“The Broadway system, the commercial theater system, hasn’t included all of us before a couple of years ago,” she told NPR. “So we’re still kind of getting caught up into the system and figuring out, well, what kind of support do we need? What’s been missing? Where are our big blind spots? Where are the empty holes where we don’t have the casting outreach? We don’t have the cultural support outreach. We don’t have the audience outreach. We’re just finding those holes that exist on Broadway that need to be filled, and they’re going to take a little bit of time. But I’m thrilled that so many plays are getting out there, getting on stage, and getting to be seen, and we’re going to prove that we do all right. We can make money, which is what Broadway is about, right? But we can also entertain people and appeal to a broad audience.” 

Organizations to Support

Feeling inspired to help support the next generation of American Indian and Indigenous creatives? Check at the below organizations and theatres. 

Institute of American Indian Arts 

Through the concept of art as a traditional path of creativity, IAIA excels at skill-building, provoking thought, and providing exceptional educational opportunities. IAIA is a place to embrace the past, enrich the present, and create the future, moving ahead to paths yet unexplored and undiscovered.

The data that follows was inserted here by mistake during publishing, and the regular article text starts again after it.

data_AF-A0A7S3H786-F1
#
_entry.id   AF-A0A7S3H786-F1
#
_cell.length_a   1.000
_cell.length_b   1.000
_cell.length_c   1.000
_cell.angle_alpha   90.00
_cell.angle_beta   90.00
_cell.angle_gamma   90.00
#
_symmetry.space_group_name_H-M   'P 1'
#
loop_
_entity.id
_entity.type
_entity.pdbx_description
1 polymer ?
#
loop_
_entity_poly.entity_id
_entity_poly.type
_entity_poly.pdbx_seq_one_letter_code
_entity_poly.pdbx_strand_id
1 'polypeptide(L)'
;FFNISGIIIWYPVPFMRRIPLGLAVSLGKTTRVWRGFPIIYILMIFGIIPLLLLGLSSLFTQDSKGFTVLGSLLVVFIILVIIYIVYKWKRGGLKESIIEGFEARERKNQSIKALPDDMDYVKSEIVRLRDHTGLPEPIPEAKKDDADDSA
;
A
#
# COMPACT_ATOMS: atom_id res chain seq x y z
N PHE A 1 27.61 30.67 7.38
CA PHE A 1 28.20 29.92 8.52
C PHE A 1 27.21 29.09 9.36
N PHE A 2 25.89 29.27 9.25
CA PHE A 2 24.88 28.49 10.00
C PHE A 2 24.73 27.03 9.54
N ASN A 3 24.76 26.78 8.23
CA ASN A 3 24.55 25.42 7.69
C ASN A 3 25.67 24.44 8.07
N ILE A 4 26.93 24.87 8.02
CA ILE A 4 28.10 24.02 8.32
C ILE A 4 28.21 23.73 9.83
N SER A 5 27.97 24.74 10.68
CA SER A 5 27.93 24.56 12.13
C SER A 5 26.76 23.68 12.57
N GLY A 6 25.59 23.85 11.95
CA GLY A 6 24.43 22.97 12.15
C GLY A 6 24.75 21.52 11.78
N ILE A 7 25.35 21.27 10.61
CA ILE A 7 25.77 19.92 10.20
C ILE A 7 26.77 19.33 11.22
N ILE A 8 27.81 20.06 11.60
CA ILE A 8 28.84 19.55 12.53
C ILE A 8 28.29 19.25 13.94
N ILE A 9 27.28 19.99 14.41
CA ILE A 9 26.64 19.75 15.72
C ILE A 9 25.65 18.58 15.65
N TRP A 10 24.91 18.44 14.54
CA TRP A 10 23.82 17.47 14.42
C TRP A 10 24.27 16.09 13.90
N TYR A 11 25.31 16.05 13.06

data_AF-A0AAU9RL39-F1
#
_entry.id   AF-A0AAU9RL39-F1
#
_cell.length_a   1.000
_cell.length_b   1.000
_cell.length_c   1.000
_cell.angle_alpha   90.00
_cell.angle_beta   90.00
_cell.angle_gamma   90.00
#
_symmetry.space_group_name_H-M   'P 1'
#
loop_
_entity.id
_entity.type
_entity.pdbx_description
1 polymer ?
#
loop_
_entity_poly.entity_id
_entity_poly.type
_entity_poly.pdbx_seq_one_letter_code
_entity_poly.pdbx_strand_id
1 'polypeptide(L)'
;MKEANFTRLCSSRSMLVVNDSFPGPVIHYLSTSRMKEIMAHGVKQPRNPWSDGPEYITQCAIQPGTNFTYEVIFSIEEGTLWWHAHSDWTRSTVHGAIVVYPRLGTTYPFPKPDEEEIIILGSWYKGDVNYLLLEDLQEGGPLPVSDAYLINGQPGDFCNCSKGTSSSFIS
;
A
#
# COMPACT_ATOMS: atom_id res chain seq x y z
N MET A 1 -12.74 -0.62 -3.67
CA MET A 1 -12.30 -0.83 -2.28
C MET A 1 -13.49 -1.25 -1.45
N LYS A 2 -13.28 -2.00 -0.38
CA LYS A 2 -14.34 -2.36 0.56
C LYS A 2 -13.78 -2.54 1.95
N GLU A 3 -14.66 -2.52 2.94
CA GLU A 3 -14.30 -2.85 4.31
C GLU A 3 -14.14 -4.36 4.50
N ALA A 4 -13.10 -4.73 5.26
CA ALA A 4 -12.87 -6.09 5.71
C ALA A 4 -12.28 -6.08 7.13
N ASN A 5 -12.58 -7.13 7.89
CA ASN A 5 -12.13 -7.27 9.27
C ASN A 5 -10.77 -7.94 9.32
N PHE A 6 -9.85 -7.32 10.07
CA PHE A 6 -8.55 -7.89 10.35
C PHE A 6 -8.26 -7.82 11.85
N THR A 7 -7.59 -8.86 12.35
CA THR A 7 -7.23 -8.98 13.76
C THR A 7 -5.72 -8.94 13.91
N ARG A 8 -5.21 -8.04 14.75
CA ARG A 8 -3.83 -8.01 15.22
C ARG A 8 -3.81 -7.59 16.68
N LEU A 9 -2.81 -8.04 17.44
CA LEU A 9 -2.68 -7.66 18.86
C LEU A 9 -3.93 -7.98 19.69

American Indian Artists Inc., established in 1987, is a community-based multi-arts organization that works to empower Native Americans, break down barriers, and foster intercultural understanding and appreciation for Native culture through its arts programs and services to individual artists. 

New Native Theatre    

Based in the Twin Cities, New Native Theatre is a new way of looking at, thinking about, and staging Native American stories. Created in 2009 by playwright Rhiana Yazzie, NNT produces, commissions, and devises authentic Native American stories for the stage, which means NNT’s artists are intricately connected to the concerns and voices of their communities.

Native Voices at the Autry 

As the only Actors’ Equity theatre company in the country devoted to developing new works by Indigenous playwrights, Native Voices has become the cornerstone of American Theatre in cultivating opportunities for Native playwrights. 

The Eagle Project 

Eagle Project is a New York-based Native American artistic laboratory utilizing theatre, music, dance, spoken word, and film to investigate and understand U.S. American identity. The organization unpacks the Native American Experience, both past and present, as the primary means to conduct its exploration. Eagle Project is an inter-tribal and multicultural performing arts company with a mission to develop and stage the works of Native American playwrights and theatre artists and to provide educational outreach on Native American culture to audiences.